I know these are worthy, meaningful tasks. But that alone is not what brought the silent focus onto my classroom that day. I’ve learned something with this about shifting the main audience for the work they do in my classroom away from me, away from the teacher.

In the past when I’ve thought about having a meaningful audience for my students’ writing, I assumed that I would have to find some audience outside of my classroom for my students to share their work. At the end of first semester, we published all of their feature pieces in a blog space. Instant audience besides the teacher, right? Well yes, but it’s an unknown, distant audience. And it’s an audience that isn’t really there unless you do some social media marketing to direct readers to the work. So it wasn’t an audience that brought immediate relevance to their work magically like I hoped it would.

I wasn’t really thinking about the audience issue when my colleagues and I decided we would ask students to write interpretive analyses of another student’s multigenre paper. We were thinking that it would honor each person’s multigenre paper by giving it one reader who would examine every word of it, that it would make the analysis work maybe a bit more relevant and meaningful because the author whose work each student was trying to figure out was sitting across the room.

We were also thinking about how this would keep us, the teachers, from having to spend hours going through lengthy multigenre papers, checking things off on a rubric, leaving extensive feedback.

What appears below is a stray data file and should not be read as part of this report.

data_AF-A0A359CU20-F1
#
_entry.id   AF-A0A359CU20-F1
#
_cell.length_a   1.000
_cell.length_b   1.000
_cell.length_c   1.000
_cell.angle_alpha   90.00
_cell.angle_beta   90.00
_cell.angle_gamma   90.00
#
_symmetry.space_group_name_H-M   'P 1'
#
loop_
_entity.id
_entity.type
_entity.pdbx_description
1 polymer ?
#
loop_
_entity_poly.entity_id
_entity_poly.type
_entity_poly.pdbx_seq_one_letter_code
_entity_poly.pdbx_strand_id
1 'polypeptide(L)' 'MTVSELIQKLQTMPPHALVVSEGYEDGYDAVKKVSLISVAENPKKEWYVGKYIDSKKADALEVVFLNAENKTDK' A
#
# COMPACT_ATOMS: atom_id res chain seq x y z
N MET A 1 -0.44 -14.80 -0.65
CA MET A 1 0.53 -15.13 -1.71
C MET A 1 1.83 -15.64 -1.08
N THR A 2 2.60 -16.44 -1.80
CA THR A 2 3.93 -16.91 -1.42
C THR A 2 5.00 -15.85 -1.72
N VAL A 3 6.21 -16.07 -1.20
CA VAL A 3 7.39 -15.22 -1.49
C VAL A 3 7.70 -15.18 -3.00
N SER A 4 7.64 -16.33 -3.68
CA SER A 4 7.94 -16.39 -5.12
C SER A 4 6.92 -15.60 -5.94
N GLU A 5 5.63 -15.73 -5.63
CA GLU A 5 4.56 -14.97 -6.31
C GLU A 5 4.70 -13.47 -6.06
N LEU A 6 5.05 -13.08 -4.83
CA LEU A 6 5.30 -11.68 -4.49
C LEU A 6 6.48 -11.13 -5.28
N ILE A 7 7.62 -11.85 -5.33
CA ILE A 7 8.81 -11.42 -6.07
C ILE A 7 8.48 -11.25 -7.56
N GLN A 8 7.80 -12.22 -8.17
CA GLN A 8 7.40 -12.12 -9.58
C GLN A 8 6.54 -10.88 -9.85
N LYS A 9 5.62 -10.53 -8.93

I did read the multigenre papers, but I read for the purposes of figuring out which other student I would assign each one to. I didn’t leave lengthy feedback because I knew they would get a detailed response from this other student. I didn’t check things off on a rubric because I asked them to do that themselves as they were working on the paper. I didn’t evaluate the quality of their work because they did that alongside completing the rubric–they knew which parts of their multigenre papers they rocked, which ones needed more work, and which ones they left out entirely. When there’s no high-stakes grade attached to this student evaluation, they are incredibly honest.

I could approach these papers in this way because the end purpose wasn’t for a grade in the grade book. It wasn’t to earn points on a rubric.

The purpose of the multigenre paper was for each student to work to communicate what they’ve learned this semester about what they think drives humans to do what they do and to express that in a piece of writing that another student would read, interpret, and write about.